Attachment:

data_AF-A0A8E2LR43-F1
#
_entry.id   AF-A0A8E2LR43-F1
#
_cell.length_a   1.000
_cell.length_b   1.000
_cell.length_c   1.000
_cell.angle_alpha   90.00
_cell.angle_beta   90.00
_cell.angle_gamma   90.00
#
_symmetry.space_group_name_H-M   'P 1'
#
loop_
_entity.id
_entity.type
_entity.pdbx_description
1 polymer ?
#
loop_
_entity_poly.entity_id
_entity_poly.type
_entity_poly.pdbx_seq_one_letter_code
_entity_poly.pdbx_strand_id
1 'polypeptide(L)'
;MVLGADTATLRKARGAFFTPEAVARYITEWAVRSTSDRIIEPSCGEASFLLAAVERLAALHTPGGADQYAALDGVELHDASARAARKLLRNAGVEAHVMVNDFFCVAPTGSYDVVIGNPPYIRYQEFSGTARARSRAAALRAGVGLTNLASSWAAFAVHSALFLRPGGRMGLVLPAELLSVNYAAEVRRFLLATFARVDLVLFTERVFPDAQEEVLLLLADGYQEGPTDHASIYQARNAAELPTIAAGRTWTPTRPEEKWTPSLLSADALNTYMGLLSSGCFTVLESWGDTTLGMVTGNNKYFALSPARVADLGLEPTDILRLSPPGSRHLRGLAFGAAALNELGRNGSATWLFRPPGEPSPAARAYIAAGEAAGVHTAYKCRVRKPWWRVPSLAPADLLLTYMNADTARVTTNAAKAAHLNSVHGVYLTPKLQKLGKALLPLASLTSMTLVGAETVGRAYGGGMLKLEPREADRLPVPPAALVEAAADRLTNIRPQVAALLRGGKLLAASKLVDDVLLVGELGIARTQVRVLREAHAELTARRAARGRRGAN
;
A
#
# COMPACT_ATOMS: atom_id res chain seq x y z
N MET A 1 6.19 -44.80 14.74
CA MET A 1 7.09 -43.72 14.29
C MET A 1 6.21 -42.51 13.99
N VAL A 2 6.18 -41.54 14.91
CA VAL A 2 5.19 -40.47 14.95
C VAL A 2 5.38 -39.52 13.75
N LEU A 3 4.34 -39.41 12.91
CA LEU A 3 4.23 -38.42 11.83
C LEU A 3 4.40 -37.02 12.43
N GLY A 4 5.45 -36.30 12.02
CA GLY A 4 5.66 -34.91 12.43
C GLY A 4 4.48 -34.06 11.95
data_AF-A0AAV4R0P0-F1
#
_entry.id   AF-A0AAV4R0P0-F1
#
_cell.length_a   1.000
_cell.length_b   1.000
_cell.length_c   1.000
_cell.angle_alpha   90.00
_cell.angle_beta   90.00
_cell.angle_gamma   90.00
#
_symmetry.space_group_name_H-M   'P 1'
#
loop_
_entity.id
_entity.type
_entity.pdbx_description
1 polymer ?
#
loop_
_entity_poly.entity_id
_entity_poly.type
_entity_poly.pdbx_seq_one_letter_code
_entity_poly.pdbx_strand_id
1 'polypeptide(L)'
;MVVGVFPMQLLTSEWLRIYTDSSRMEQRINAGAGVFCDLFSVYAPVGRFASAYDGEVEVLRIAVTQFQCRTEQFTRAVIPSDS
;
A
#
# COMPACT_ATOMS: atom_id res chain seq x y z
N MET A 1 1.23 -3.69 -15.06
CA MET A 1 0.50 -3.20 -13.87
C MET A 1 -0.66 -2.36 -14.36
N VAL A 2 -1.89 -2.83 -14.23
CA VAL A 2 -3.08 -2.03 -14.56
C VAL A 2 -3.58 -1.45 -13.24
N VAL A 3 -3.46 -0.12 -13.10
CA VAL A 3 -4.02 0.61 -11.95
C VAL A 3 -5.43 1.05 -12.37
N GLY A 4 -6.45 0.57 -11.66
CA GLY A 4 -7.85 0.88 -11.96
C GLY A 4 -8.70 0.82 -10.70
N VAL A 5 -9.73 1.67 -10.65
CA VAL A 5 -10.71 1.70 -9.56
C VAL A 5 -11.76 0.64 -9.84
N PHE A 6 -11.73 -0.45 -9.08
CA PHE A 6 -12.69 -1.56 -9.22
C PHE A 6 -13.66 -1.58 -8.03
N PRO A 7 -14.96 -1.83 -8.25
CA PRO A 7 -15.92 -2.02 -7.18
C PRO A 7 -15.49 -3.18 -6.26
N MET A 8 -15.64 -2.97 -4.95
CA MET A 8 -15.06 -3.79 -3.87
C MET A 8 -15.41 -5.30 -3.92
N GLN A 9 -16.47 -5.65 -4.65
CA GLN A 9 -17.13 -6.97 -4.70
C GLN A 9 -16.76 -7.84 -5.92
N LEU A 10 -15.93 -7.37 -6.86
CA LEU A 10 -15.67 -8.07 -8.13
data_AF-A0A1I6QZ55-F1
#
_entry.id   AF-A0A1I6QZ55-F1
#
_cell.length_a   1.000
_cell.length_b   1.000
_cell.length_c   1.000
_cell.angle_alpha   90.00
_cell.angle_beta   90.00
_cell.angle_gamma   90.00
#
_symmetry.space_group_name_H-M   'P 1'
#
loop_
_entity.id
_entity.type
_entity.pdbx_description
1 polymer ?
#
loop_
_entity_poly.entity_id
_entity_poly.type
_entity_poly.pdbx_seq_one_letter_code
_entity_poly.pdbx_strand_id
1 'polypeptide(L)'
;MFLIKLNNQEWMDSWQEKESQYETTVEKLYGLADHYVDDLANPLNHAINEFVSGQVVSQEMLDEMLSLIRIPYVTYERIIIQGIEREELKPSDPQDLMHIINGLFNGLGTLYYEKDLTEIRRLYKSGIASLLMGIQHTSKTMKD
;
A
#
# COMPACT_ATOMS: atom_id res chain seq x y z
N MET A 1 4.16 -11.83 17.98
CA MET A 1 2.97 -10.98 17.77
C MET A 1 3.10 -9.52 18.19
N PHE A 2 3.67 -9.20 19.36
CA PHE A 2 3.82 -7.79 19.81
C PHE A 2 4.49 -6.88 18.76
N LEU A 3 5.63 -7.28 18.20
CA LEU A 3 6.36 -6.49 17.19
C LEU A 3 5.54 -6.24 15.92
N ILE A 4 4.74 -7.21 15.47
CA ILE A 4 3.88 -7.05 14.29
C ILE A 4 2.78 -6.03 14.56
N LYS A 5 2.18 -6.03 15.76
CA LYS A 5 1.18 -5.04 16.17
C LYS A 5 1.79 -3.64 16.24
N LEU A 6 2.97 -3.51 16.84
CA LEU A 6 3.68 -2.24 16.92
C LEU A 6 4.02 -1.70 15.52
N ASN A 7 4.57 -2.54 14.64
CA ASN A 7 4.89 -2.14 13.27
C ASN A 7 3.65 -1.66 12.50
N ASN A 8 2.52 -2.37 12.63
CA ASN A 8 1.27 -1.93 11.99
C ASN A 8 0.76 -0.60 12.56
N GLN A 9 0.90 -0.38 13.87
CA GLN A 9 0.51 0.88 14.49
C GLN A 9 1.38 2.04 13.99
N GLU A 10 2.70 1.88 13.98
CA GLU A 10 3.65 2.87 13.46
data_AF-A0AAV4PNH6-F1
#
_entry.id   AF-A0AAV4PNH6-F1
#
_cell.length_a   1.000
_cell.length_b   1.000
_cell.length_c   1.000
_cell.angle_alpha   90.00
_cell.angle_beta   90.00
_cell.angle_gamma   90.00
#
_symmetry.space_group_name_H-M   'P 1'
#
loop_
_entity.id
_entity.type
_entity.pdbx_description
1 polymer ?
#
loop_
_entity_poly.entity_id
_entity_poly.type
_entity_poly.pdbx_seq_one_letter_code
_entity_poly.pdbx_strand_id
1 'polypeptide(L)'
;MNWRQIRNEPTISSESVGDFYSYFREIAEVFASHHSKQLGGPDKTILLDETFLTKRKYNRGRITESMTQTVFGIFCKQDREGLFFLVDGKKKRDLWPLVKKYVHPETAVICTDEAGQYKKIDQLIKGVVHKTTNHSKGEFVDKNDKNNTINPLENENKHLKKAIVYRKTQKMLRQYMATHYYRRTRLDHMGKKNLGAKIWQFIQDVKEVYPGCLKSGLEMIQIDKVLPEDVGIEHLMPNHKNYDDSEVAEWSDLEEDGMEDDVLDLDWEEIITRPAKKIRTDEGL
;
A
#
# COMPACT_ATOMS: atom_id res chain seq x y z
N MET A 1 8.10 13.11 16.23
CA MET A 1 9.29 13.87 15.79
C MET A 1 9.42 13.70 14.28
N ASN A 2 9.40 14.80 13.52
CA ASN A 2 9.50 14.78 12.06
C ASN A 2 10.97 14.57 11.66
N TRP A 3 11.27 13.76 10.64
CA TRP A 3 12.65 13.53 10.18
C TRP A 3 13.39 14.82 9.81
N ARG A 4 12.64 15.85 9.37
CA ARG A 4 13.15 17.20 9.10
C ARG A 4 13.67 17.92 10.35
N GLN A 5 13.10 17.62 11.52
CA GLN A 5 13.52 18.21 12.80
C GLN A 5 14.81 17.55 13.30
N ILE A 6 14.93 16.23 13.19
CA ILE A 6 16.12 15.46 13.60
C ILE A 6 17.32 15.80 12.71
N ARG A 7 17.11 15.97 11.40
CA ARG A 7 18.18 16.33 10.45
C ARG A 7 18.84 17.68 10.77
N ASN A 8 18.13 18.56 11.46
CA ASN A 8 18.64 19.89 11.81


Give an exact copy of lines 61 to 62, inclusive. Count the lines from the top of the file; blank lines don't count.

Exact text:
#
loop_